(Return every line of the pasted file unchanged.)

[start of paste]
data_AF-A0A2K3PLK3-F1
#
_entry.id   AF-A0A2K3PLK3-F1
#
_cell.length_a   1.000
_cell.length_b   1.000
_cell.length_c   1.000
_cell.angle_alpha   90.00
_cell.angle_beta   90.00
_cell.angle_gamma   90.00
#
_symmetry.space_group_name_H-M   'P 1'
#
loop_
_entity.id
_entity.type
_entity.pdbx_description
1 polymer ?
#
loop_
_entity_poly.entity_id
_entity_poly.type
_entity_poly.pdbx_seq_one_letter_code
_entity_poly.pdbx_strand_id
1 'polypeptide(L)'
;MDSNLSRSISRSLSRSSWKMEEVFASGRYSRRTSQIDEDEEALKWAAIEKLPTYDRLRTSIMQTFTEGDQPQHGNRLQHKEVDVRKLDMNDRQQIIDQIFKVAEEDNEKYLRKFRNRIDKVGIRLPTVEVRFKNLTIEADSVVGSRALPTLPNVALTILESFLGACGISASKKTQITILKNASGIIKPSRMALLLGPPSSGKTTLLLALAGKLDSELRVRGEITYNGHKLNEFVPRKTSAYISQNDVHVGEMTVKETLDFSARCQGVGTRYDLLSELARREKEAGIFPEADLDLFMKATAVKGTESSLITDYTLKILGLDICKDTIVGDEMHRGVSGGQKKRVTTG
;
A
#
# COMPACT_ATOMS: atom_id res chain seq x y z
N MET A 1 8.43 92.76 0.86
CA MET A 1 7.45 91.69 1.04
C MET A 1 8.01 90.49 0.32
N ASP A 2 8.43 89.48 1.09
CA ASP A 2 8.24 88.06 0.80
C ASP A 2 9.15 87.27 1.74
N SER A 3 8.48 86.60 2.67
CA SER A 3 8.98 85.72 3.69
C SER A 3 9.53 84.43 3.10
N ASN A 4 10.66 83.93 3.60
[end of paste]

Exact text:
data_AF-A0A2K3PLK3-F1
#
_entry.id   AF-A0A2K3PLK3-F1
#
_cell.length_a   1.000
_cell.length_b   1.000
_cell.length_c   1.000
_cell.angle_alpha   90.00
_cell.angle_beta   90.00
_cell.angle_gamma   90.00
#
_symmetry.space_group_name_H-M   'P 1'
#
loop_
_entity.id
_entity.type
_entity.pdbx_description
1 polymer ?
#
loop_
_entity_poly.entity_id
_entity_poly.type
_entity_poly.pdbx_seq_one_letter_code
_entity_poly.pdbx_strand_id
1 'polypeptide(L)'
;MDSNLSRSISRSLSRSSWKMEEVFASGRYSRRTSQIDEDEEALKWAAIEKLPTYDRLRTSIMQTFTEGDQPQHGNRLQHKEVDVRKLDMNDRQQIIDQIFKVAEEDNEKYLRKFRNRIDKVGIRLPTVEVRFKNLTIEADSVVGSRALPTLPNVALTILESFLGACGISASKKTQITILKNASGIIKPSRMALLLGPPSSGKTTLLLALAGKLDSELRVRGEITYNGHKLNEFVPRKTSAYISQNDVHVGEMTVKETLDFSARCQGVGTRYDLLSELARREKEAGIFPEADLDLFMKATAVKGTESSLITDYTLKILGLDICKDTIVGDEMHRGVSGGQKKRVTTG
;
A
#
# COMPACT_ATOMS: atom_id res chain seq x y z
N MET A 1 8.43 92.76 0.86
CA MET A 1 7.45 91.69 1.04
C MET A 1 8.01 90.49 0.32
N ASP A 2 8.43 89.48 1.09
CA ASP A 2 8.24 88.06 0.80
C ASP A 2 9.15 87.27 1.74
N SER A 3 8.48 86.60 2.67
CA SER A 3 8.98 85.72 3.69
C SER A 3 9.53 84.43 3.10
N ASN A 4 10.66 83.93 3.60